Laptop Encryption & Backup

On March 1, 2010, Massachusetts Identity Theft legislation will require securing portable electronic devices which have personally identifiable information (PII) on them.  The law is specifically written to protect information such as Social Security Numbers and bank or credit card information, although colleges like Williams also are required to meet FERPA and HIPAA regulations (which covers things like student grades and health information).

The two common ways to protect information are to make it unavailable to a thief (don’t carry personal information around on your laptop) or to encrypt the information (so that even if the laptop is stolen, the data is unreadable).

Since it is difficult, if not impossible, to guarantee that no personal information exists on a laptop, or in the email of a laptop owner, Williams is choosing to encrypt laptop hard drives, starting with departments who commonly work with personal information.

Laptop data will be safe, even if the machine is stolen.


The program we have chosen is called TrueCrypt, which allows for full disk encryption of Windows laptops, meaning every piece of information on the laptop is encrypted, including the operating system and programs.  This saves the owner from having to worry about saving personal information files into a special encryption folder.   We are currently looking at Mac encryption options.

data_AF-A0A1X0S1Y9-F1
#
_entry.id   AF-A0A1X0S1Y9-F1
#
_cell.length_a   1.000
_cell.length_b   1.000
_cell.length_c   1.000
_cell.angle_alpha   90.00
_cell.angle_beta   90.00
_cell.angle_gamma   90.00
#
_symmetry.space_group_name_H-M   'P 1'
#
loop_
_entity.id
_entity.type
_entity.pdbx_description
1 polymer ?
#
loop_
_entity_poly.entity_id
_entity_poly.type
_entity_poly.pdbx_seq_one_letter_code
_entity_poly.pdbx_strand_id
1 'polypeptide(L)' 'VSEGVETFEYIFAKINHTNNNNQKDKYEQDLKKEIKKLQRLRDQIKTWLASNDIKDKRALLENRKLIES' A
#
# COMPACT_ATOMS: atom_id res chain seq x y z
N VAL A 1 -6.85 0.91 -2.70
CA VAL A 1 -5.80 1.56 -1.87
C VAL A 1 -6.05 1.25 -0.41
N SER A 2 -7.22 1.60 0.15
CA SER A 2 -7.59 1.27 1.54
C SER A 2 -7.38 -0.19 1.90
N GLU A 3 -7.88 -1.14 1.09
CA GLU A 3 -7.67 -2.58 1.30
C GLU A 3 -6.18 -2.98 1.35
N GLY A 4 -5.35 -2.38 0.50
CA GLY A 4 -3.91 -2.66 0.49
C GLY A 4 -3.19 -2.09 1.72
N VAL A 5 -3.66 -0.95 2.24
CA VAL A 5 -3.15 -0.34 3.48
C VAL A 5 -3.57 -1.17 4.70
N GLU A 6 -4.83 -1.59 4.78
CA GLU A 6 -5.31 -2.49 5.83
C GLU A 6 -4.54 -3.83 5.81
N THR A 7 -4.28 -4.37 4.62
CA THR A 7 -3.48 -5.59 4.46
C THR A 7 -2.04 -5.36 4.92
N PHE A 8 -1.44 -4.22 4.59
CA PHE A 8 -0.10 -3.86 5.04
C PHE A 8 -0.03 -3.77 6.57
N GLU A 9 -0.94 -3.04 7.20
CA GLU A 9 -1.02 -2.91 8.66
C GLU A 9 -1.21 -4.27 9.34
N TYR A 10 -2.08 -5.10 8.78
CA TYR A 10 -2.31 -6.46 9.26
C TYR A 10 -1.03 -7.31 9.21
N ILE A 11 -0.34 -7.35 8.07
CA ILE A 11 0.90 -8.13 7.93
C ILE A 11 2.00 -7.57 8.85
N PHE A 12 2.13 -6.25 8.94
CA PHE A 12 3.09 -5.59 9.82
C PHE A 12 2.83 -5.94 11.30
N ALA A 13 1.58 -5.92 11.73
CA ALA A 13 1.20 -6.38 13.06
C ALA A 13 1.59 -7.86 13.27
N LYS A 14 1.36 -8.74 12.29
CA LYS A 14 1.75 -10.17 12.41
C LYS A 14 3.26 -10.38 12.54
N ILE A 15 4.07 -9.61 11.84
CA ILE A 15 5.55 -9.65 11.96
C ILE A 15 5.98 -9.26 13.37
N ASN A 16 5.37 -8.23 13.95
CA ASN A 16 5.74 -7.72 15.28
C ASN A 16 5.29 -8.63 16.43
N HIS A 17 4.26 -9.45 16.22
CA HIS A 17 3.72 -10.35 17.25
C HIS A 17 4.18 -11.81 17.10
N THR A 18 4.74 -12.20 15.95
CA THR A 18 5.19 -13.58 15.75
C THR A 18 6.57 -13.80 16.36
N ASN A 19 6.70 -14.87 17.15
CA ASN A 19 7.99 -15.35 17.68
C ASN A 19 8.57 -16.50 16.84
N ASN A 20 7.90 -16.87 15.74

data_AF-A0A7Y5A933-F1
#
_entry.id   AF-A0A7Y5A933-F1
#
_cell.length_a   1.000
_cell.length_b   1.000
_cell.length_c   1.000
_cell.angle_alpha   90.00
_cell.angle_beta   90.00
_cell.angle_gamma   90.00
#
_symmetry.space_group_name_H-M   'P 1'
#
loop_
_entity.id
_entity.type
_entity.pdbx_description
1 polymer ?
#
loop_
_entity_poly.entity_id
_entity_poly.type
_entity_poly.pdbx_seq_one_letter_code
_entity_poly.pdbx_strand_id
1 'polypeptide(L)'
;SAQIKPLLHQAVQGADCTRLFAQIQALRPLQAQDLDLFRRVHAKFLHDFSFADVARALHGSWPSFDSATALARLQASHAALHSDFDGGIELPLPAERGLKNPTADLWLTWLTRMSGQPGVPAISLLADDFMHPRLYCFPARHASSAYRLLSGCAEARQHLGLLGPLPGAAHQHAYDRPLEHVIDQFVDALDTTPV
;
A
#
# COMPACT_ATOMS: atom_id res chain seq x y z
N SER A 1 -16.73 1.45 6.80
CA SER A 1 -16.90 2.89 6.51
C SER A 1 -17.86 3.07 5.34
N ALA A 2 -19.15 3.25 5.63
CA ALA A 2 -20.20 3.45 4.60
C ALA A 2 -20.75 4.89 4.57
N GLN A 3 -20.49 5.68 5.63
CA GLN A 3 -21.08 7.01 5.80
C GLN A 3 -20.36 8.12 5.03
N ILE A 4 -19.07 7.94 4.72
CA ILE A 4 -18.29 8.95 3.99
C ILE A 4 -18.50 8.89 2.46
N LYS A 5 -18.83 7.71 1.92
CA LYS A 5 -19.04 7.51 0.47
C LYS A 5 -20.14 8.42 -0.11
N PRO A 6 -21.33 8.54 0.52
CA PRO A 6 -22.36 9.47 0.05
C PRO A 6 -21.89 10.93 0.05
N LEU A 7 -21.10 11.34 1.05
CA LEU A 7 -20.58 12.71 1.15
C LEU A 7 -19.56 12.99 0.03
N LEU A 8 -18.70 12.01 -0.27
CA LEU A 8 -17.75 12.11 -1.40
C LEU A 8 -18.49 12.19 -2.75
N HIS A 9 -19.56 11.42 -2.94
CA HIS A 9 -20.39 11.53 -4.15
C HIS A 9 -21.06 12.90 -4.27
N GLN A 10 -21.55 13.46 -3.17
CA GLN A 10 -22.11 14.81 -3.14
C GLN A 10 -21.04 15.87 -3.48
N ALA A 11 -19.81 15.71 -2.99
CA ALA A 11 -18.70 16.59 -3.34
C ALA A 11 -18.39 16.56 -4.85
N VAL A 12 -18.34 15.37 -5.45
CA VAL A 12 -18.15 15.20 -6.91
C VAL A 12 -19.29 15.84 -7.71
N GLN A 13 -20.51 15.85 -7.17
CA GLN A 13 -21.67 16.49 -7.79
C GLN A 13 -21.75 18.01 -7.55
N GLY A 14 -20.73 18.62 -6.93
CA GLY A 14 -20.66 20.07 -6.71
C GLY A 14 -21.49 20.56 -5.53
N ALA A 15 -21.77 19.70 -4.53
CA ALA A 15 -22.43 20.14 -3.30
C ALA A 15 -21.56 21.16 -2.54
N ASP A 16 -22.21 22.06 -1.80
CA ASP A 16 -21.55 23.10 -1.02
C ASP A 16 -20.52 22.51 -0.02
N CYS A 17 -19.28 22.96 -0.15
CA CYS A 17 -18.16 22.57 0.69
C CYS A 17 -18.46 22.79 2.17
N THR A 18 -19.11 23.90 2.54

Since the whole idea behind encryption is that it requires a password to unlock, there is a danger that if an owner forgot their password, then the data on the drive would become inaccessible. Also, any problem with a laptop drive, like corruption due to a jolt or fall, would prevent data recovery specialists from retrieving any data.  Due to these risks, OIT is also implementing a full network backup system for any laptops which are encrypted.

Laptops are not the only devices to be concerned about – USB thumb drives and smartphones may also need to have security measures added to them.

If you have any questions about personal information security, we encourage you to attend one of the monthly OIT workshops.

If you work in a department that handles personal information, and you have a laptop, OIT will contact you to set up a schedule for implementing the encryption and network backup before March.

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